Powershell – install a program with no .MSI

Don’t let the quoting drive you mad!

In an earlier post, Powershell – love it / hate it, I described needing to check the install status of a program that didn’t have an .MSI installer. That post provided details of parsing the install file names to know which pcs got the target install. This post provides details on what I did to make the install happen and create the files that logged the process.

With no software deployment tool and only an .exe for install you can still keep track of deployment with powershell.

In this case the program needed to be targeted at specific computers, not particular users. Easy enough to create a list of target pcs. Without an .MSI file GPO install isn’t available unless… that GPO runs a startup script to do the install. But it can’t be a powershell script if that’s disabled in the environment, so .bat files it is. Still want to know which pcs get the install and which don’t so have to log that somewhere.

How to make it all happen? This is how…

An install .bat file that makes use of powershell Invoke-Command -ScripBlock {} which will run even if powershell is disabled. The quoting to run the commands within -ScriptBlock {} gets really convoluted. Avoided that by calling .bat files from the -ScripBlock {} to have simpler quoting in the called .bat files.

The prog_install.bat file checks if the runtime dependency is installed and calls the .bat file to install it if it isn’t. Then it checks if the target program is installed and installs it if it isn’t found. For each of the steps the result is appended to a log file based on the hostname.

REM prog_install.bat

REM prog name install
REM This routine checks that both Windows Desktop Runtime (a dependency) 
REM and prog name are installed and writes the status to a file to have  
REM install results history.
REM The install results file must be in a share writeable by the process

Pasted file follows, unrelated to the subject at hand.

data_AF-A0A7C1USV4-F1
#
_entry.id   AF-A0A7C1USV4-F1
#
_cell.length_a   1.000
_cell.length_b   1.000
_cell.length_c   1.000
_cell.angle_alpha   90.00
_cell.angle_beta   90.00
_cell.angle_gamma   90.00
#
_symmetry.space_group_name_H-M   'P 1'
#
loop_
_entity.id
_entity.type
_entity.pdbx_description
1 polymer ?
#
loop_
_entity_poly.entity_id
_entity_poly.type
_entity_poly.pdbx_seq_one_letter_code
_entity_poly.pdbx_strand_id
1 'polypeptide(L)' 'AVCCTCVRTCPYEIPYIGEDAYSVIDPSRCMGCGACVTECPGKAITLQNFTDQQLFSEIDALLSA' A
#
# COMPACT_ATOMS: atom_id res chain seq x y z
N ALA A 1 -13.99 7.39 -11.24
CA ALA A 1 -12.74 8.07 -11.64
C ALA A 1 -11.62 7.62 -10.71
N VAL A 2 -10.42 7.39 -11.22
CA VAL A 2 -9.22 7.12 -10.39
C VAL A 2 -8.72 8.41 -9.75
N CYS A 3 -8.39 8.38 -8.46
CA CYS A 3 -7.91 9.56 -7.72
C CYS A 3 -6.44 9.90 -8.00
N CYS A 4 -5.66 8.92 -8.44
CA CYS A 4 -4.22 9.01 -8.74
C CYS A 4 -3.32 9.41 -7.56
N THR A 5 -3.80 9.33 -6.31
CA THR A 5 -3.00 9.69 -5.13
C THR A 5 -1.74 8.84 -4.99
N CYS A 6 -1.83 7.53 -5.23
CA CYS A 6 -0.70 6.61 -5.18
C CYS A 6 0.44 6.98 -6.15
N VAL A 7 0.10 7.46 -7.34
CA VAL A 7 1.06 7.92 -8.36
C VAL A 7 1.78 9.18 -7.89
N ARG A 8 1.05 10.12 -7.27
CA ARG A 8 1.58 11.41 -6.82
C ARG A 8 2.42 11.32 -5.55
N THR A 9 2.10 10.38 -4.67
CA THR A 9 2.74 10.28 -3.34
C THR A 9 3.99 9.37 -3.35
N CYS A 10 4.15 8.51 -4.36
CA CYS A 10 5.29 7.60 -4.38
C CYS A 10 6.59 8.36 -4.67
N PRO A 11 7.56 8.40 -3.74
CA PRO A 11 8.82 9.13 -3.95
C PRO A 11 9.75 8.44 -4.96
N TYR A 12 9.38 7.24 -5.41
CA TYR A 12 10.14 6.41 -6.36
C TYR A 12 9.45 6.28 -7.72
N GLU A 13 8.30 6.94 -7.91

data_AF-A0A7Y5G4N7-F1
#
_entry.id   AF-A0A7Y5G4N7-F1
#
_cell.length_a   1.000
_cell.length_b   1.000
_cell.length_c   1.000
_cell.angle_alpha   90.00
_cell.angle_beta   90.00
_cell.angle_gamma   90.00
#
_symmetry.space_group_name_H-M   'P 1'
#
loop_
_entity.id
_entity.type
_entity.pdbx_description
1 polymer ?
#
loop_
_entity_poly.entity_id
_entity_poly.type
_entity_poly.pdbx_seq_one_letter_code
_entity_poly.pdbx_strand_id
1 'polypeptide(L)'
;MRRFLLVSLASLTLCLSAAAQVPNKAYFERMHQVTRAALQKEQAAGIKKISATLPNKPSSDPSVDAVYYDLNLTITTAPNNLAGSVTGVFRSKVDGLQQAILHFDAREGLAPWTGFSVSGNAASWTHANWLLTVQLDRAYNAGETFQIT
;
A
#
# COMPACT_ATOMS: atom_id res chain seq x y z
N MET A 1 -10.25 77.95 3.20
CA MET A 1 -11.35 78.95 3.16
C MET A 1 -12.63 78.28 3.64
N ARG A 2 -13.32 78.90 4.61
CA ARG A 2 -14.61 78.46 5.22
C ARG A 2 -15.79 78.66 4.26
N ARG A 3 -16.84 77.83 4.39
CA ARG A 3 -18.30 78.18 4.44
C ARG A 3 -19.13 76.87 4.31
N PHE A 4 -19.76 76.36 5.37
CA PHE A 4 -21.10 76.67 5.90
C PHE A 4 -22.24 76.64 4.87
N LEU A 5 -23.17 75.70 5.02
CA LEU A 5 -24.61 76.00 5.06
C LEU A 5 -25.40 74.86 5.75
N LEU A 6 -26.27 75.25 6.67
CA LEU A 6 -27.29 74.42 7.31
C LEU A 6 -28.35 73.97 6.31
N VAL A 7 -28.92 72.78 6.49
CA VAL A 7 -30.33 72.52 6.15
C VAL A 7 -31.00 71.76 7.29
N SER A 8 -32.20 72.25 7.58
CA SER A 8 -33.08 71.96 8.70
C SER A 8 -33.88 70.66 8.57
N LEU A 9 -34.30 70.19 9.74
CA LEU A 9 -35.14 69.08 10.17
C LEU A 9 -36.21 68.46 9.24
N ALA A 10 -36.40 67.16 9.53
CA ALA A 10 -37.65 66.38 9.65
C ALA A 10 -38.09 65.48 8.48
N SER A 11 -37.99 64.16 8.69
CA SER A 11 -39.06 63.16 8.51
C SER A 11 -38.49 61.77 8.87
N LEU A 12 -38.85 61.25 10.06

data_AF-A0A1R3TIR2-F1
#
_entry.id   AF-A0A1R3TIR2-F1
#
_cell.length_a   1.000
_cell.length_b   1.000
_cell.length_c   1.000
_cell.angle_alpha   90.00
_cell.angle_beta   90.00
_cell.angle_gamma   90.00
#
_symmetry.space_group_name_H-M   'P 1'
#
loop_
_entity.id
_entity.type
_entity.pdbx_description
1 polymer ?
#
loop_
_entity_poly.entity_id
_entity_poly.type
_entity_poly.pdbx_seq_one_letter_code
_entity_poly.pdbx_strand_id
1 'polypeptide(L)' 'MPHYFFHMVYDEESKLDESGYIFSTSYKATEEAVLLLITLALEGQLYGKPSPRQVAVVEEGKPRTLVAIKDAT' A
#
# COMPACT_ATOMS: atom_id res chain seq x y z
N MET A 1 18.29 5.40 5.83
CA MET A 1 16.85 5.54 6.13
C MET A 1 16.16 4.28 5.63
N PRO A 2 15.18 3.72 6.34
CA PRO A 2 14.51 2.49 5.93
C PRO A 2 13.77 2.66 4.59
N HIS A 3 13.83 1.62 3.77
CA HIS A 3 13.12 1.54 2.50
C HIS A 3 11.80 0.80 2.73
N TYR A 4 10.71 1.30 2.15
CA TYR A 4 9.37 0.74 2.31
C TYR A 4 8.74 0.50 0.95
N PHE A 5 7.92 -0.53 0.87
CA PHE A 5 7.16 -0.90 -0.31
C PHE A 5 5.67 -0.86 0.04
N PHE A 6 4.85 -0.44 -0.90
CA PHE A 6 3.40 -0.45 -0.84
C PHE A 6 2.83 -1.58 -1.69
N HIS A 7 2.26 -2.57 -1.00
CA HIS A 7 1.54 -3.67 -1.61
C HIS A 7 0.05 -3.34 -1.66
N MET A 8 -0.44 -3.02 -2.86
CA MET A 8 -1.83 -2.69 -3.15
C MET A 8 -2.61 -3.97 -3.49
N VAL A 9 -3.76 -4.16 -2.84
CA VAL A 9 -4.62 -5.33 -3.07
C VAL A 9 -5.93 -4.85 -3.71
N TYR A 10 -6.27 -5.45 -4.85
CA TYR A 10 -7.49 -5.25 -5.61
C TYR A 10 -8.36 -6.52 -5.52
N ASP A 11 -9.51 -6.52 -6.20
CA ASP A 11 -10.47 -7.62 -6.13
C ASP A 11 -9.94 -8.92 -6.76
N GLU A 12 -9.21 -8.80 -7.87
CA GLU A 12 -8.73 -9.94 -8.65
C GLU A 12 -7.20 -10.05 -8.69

REM running this install routine which is after boot and before logon.
REM A file is created or appended to based on the hostname the process
REM runs on. 

@echo off

REM Check if required Microsoft Windows Desktop Runtime is intalled. 
REM Install if not found. 
REM Write reslut to results file.
Powershell Invoke-Command -ScriptBlock { if ^( Get-ItemProperty HKLM:\\Software\\Microsoft\\Windows\\CurrentVersion\\Uninstall\\* ^| Where-Object { $_.DisplayName -like """Microsoft Windows Desktop Runtime - 3.*""" } ^) { Add-Content -Path \\server\prog\prog_$Env:COMPUTERNAME.txt -Value """$(Get-Date) $Env:COMPUTERNAME Microsoft Windows Desktop Runtime is installed.""" } else { Start-Process -Wait -NoNewWindow \\server.local\SysVol\server.local\scripts\prog\inst_run.bat; Add-Content -Path \\server\prog\prog_$Env:COMPUTERNAME.txt -Value """$(Get-Date) $Env:COMPUTERNAME Microsoft Windows Desktop Runtime NOT installed. Installing""" } }

REM Check if prog name is intalled. 
REM Install if not found.
REM Write reslut to results file.
REM NOTE: Add-Content before Start-Process (reverse order compared to runtime install above)
REM       Above Add-Content after Start-Process so "installing" not written until after actual install.
REM       For prog name install, if Add-Content after Start-Process then Add-Content fails to write to file.
Powershell Invoke-Command -ScriptBlock { if ^( Get-ItemProperty HKLM:\\Software\\Microsoft\\Windows\\CurrentVersion\\Uninstall\\* ^| Where-Object { $_.DisplayName -like """prog name""" } ^) { Add-Content -Path \\server\prog\prog_$Env:COMPUTERNAME.txt -Value """$(Get-Date) $Env:COMPUTERNAME ver $($(Get-ItemProperty HKLM:\\Software\\Microsoft\\Windows\\CurrentVersion\\Uninstall\\* | Where-Object { $_.DisplayName -like """prog name""" }).DisplayVersion) prog name is installed.""" } else { Add-Content -Path \\server\prog\prog_$Env:COMPUTERNAME.txt -Value """$(Get-Date) $Env:COMPUTERNAME prog name NOT installed. Installing"""; Start-Process -Wait -NoNewWindow \\server.local\SysVol\server.local\scripts\prog\inst_prog.bat } }

The batch files that do the actual installs refer to the SysVol folder for the programs to run. Using the SysVol folder because need a share that’s accessible early in the boot.

REM inst_run.bat
REM To work prog requires the following Windows runtime package be installed

start /wait \\server.local\SysVol\server.local\scripts\prog\dotnet-sdk-3.1.415-win-x64.exe /quiet /norestart

REM inst_prog.bat
REM Install the prog name package.

start /wait \\server.local\SysVol\server.local\scripts\prog\prog_installer_0.8.5.1.exe /SILENT /NOICONS /Key="secret_key"

So there you have it. To install a program with its .exe installer via GPO in an environment with no .MSI packager, no deployment tool, and powershell.exe disabled by GPO use powershell Invoke-Command -ScripBlock {} in a .bat file to do the install and log results. And call .bat files to simplify quoting where needed.

Get-WinEvent, read carefully to filter by date

Get-WinEvent hashtable date filtering is different.

Widows event logs have lots of useful information. Getting it can be a slow process. Microsoft even says so in a number of posts and recommends using a hashtable to speed up filtering.